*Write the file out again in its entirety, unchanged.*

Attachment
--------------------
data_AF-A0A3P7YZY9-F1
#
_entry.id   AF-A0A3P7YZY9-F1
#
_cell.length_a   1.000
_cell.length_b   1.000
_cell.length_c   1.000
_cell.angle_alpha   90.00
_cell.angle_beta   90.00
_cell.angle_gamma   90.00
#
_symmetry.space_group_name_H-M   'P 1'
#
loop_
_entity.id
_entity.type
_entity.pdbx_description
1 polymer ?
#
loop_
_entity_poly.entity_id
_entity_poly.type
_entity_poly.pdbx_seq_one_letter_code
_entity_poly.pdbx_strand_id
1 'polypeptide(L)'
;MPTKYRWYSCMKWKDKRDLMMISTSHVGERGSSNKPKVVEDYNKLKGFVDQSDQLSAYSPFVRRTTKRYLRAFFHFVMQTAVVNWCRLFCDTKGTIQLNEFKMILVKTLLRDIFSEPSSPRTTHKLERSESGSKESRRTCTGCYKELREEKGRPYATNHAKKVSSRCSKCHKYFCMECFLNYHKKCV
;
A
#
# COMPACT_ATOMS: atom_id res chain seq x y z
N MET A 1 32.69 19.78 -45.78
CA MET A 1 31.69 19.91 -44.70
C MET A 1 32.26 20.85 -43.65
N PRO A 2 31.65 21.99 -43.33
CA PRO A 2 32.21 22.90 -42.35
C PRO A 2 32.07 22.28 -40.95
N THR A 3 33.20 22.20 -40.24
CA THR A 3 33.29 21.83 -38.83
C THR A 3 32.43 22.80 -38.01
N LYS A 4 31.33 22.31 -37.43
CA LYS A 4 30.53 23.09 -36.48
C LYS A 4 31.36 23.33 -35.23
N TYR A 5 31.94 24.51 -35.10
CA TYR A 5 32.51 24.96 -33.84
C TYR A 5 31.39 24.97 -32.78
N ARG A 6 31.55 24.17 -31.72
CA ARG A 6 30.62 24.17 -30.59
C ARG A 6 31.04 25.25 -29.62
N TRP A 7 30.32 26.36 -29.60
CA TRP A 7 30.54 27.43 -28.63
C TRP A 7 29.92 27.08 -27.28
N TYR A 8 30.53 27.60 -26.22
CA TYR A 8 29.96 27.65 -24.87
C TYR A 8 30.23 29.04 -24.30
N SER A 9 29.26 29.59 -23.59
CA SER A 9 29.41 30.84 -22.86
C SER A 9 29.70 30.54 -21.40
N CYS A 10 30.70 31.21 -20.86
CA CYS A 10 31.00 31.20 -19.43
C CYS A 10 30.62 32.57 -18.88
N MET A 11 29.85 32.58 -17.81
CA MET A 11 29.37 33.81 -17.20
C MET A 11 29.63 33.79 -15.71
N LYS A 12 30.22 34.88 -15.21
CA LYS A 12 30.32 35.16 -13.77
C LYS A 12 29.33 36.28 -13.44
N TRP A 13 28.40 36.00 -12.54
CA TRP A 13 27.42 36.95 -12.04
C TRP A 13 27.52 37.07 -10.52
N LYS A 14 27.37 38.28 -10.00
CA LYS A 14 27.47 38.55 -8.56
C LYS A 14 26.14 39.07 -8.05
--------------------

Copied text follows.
data_AF-A0A3P7YZY9-F1
#
_entry.id   AF-A0A3P7YZY9-F1
#
_cell.length_a   1.000
_cell.length_b   1.000
_cell.length_c   1.000
_cell.angle_alpha   90.00
_cell.angle_beta   90.00
_cell.angle_gamma   90.00
#
_symmetry.space_group_name_H-M   'P 1'
#
loop_
_entity.id
_entity.type
_entity.pdbx_description
1 polymer ?
#
loop_
_entity_poly.entity_id
_entity_poly.type
_entity_poly.pdbx_seq_one_letter_code
_entity_poly.pdbx_strand_id
1 'polypeptide(L)'
;MPTKYRWYSCMKWKDKRDLMMISTSHVGERGSSNKPKVVEDYNKLKGFVDQSDQLSAYSPFVRRTTKRYLRAFFHFVMQTAVVNWCRLFCDTKGTIQLNEFKMILVKTLLRDIFSEPSSPRTTHKLERSESGSKESRRTCTGCYKELREEKGRPYATNHAKKVSSRCSKCHKYFCMECFLNYHKKCV
;
A
#
# COMPACT_ATOMS: atom_id res chain seq x y z
N MET A 1 32.69 19.78 -45.78
CA MET A 1 31.69 19.91 -44.70
C MET A 1 32.26 20.85 -43.65
N PRO A 2 31.65 21.99 -43.33
CA PRO A 2 32.21 22.90 -42.35
C PRO A 2 32.07 22.28 -40.95
N THR A 3 33.20 22.20 -40.24
CA THR A 3 33.29 21.83 -38.83
C THR A 3 32.43 22.80 -38.01
N LYS A 4 31.33 22.31 -37.43
CA LYS A 4 30.53 23.09 -36.48
C LYS A 4 31.36 23.33 -35.23
N TYR A 5 31.94 24.51 -35.10
CA TYR A 5 32.51 24.96 -33.84
C TYR A 5 31.39 24.97 -32.78
N ARG A 6 31.55 24.17 -31.72
CA ARG A 6 30.62 24.17 -30.59
C ARG A 6 31.04 25.25 -29.62
N TRP A 7 30.32 26.36 -29.60
CA TRP A 7 30.54 27.43 -28.63
C TRP A 7 29.92 27.08 -27.28
N TYR A 8 30.53 27.60 -26.22
CA TYR A 8 29.96 27.65 -24.87
C TYR A 8 30.23 29.04 -24.30
N SER A 9 29.26 29.59 -23.59
CA SER A 9 29.41 30.84 -22.86
C SER A 9 29.70 30.54 -21.40
N CYS A 10 30.70 31.21 -20.86
CA CYS A 10 31.00 31.20 -19.43
C CYS A 10 30.62 32.57 -18.88
N MET A 11 29.85 32.58 -17.81
CA MET A 11 29.37 33.81 -17.20
C MET A 11 29.63 33.79 -15.71
N LYS A 12 30.22 34.88 -15.21
CA LYS A 12 30.32 35.16 -13.77
C LYS A 12 29.33 36.28 -13.44
N TRP A 13 28.40 36.00 -12.54
CA TRP A 13 27.42 36.95 -12.04
C TRP A 13 27.52 37.07 -10.52
N LYS A 14 27.37 38.28 -10.00
CA LYS A 14 27.47 38.55 -8.56
C LYS A 14 26.14 39.07 -8.05